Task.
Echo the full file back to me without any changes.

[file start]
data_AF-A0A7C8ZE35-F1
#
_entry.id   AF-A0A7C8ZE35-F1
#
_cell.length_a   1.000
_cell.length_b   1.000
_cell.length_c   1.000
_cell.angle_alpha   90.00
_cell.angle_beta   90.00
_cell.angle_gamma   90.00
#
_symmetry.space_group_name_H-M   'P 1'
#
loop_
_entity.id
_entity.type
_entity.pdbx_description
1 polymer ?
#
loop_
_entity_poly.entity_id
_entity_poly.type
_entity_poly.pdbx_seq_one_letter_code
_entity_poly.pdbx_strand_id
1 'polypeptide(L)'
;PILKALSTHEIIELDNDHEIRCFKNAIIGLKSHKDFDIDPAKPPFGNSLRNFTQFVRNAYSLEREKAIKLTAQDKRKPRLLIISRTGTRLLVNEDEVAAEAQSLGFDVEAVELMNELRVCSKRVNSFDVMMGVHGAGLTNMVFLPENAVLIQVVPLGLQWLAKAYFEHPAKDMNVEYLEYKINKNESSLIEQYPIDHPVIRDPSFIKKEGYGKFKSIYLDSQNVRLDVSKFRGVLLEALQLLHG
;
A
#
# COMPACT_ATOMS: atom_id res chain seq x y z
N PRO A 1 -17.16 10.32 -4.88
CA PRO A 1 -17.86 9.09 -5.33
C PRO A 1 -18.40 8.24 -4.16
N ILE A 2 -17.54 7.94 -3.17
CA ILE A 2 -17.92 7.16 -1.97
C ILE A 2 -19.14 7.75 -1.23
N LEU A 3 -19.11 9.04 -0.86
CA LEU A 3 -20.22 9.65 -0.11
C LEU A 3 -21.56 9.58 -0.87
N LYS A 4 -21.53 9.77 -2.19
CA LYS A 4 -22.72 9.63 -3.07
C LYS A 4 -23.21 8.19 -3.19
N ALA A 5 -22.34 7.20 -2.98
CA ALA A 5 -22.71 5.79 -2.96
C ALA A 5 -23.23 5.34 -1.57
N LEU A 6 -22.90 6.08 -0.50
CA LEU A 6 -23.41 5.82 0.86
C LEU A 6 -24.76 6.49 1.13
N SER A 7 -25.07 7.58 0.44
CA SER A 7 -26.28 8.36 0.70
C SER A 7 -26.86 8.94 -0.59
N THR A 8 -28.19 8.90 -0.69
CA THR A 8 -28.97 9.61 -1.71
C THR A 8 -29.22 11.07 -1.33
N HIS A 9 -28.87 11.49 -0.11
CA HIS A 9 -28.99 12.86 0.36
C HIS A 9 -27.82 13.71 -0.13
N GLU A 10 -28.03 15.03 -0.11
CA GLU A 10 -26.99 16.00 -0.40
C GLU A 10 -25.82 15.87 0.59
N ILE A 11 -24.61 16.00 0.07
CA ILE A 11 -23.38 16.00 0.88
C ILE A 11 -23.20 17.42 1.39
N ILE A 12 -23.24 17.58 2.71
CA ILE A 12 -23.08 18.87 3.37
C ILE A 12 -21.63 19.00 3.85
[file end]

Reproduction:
data_AF-A0A7C8ZE35-F1
#
_entry.id   AF-A0A7C8ZE35-F1
#
_cell.length_a   1.000
_cell.length_b   1.000
_cell.length_c   1.000
_cell.angle_alpha   90.00
_cell.angle_beta   90.00
_cell.angle_gamma   90.00
#
_symmetry.space_group_name_H-M   'P 1'
#
loop_
_entity.id
_entity.type
_entity.pdbx_description
1 polymer ?
#
loop_
_entity_poly.entity_id
_entity_poly.type
_entity_poly.pdbx_seq_one_letter_code
_entity_poly.pdbx_strand_id
1 'polypeptide(L)'
;PILKALSTHEIIELDNDHEIRCFKNAIIGLKSHKDFDIDPAKPPFGNSLRNFTQFVRNAYSLEREKAIKLTAQDKRKPRLLIISRTGTRLLVNEDEVAAEAQSLGFDVEAVELMNELRVCSKRVNSFDVMMGVHGAGLTNMVFLPENAVLIQVVPLGLQWLAKAYFEHPAKDMNVEYLEYKINKNESSLIEQYPIDHPVIRDPSFIKKEGYGKFKSIYLDSQNVRLDVSKFRGVLLEALQLLHG
;
A
#
# COMPACT_ATOMS: atom_id res chain seq x y z
N PRO A 1 -17.16 10.32 -4.88
CA PRO A 1 -17.86 9.09 -5.33
C PRO A 1 -18.40 8.24 -4.16
N ILE A 2 -17.54 7.94 -3.17
CA ILE A 2 -17.92 7.16 -1.97
C ILE A 2 -19.14 7.75 -1.23
N LEU A 3 -19.11 9.04 -0.86
CA LEU A 3 -20.22 9.65 -0.11
C LEU A 3 -21.56 9.58 -0.87
N LYS A 4 -21.53 9.77 -2.19
CA LYS A 4 -22.72 9.63 -3.07
C LYS A 4 -23.21 8.19 -3.19
N ALA A 5 -22.34 7.20 -2.98
CA ALA A 5 -22.71 5.79 -2.96
C ALA A 5 -23.23 5.34 -1.57
N LEU A 6 -22.90 6.08 -0.50
CA LEU A 6 -23.41 5.82 0.86
C LEU A 6 -24.76 6.49 1.13
N SER A 7 -25.07 7.58 0.44
CA SER A 7 -26.28 8.36 0.70
C SER A 7 -26.86 8.94 -0.59
N THR A 8 -28.19 8.90 -0.69
CA THR A 8 -28.97 9.61 -1.71
C THR A 8 -29.22 11.07 -1.33
N HIS A 9 -28.87 11.49 -0.11
CA HIS A 9 -28.99 12.86 0.36
C HIS A 9 -27.82 13.71 -0.13
N GLU A 10 -28.03 15.03 -0.11
CA GLU A 10 -26.99 16.00 -0.40
C GLU A 10 -25.82 15.87 0.59
N ILE A 11 -24.61 16.00 0.07
CA ILE A 11 -23.38 16.00 0.88
C ILE A 11 -23.20 17.42 1.39
N ILE A 12 -23.24 17.58 2.71
CA ILE A 12 -23.08 18.87 3.37
C ILE A 12 -21.63 19.00 3.85